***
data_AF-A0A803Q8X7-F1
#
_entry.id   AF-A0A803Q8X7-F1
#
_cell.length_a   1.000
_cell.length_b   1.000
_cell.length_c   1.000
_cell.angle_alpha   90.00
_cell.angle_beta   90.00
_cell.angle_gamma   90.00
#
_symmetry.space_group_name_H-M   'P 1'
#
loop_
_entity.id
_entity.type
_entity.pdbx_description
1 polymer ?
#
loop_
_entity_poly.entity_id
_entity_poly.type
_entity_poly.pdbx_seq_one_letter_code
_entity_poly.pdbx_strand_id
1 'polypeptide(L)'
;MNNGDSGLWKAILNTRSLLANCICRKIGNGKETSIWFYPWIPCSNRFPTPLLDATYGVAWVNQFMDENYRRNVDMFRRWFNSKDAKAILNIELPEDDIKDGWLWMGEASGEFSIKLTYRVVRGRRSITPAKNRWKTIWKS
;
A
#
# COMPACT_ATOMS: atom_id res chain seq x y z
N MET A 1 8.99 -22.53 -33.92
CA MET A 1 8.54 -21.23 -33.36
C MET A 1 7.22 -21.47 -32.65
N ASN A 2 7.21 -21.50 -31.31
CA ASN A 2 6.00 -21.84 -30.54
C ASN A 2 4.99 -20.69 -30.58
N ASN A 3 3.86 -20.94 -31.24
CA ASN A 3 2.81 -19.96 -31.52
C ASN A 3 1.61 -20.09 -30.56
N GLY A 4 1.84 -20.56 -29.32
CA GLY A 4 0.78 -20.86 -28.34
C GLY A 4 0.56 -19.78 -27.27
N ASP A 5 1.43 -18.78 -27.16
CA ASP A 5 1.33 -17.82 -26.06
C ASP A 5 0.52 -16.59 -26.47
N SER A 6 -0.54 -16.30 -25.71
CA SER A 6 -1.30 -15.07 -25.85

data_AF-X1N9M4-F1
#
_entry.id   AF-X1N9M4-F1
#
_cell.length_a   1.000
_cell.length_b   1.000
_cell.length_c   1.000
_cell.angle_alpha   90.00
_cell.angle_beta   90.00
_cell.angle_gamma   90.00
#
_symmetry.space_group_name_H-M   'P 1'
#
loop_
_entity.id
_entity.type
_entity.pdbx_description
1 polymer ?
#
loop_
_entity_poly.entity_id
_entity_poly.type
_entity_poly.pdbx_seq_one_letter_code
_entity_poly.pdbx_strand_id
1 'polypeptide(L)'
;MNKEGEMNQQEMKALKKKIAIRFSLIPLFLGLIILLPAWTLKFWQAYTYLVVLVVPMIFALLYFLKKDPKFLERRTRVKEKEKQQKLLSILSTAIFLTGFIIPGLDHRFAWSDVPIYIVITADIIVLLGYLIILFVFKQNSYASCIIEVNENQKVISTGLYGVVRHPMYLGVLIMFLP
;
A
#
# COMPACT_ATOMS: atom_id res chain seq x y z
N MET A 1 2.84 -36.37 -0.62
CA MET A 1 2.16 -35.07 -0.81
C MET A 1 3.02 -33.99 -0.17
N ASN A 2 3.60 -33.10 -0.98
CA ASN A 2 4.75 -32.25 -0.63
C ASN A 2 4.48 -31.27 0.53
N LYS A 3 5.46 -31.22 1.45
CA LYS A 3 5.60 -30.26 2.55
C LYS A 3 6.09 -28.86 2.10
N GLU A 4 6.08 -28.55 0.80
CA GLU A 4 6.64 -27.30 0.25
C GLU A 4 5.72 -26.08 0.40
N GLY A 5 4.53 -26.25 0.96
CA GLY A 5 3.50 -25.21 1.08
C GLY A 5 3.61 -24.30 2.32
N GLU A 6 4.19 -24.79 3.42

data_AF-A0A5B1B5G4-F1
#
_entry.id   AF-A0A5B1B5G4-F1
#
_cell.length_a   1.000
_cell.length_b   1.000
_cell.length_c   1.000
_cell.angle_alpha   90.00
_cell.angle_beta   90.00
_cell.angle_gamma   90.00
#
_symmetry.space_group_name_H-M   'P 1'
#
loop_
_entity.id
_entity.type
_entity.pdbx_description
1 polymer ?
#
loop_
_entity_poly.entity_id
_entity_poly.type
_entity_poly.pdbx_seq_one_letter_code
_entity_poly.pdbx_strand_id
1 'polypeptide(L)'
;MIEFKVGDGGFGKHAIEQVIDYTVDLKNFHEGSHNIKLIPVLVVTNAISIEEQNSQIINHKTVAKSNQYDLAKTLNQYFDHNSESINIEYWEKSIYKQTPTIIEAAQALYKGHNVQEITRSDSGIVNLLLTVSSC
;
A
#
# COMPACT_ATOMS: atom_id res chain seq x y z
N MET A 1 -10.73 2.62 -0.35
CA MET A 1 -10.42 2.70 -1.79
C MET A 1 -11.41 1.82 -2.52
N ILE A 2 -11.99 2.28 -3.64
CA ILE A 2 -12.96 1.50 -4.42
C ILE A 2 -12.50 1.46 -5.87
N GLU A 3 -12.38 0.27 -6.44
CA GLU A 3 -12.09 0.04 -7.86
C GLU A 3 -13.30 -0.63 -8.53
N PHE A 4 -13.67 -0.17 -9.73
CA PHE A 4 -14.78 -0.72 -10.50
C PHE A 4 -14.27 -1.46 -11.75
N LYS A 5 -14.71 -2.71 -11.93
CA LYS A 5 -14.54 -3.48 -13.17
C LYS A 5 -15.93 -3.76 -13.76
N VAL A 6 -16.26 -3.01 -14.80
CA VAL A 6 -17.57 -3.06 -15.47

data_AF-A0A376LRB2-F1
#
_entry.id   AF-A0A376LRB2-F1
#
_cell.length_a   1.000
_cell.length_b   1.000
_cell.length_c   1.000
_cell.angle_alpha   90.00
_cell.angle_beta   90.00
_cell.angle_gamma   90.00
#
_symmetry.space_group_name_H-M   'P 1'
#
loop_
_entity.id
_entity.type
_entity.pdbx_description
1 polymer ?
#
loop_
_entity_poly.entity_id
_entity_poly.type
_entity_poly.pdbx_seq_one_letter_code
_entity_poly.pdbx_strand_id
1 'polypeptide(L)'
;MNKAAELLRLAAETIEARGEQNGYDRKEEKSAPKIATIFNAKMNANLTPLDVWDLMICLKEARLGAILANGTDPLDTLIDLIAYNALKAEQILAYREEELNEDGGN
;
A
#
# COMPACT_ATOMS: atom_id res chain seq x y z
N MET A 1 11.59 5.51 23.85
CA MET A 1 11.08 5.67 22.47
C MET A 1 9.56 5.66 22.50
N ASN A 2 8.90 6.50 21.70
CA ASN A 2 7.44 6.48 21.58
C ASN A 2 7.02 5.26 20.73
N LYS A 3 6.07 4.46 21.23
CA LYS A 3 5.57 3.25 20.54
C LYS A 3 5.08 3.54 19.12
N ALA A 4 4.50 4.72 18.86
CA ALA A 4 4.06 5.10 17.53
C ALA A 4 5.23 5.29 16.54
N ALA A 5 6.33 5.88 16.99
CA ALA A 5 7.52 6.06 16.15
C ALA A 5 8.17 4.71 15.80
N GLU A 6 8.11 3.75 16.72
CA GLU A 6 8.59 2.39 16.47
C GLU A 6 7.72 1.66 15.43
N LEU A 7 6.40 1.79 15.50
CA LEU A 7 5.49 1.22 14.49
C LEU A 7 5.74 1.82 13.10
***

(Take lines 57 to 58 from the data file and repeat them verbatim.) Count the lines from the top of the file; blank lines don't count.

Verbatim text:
_cell.angle_gamma   90.00
#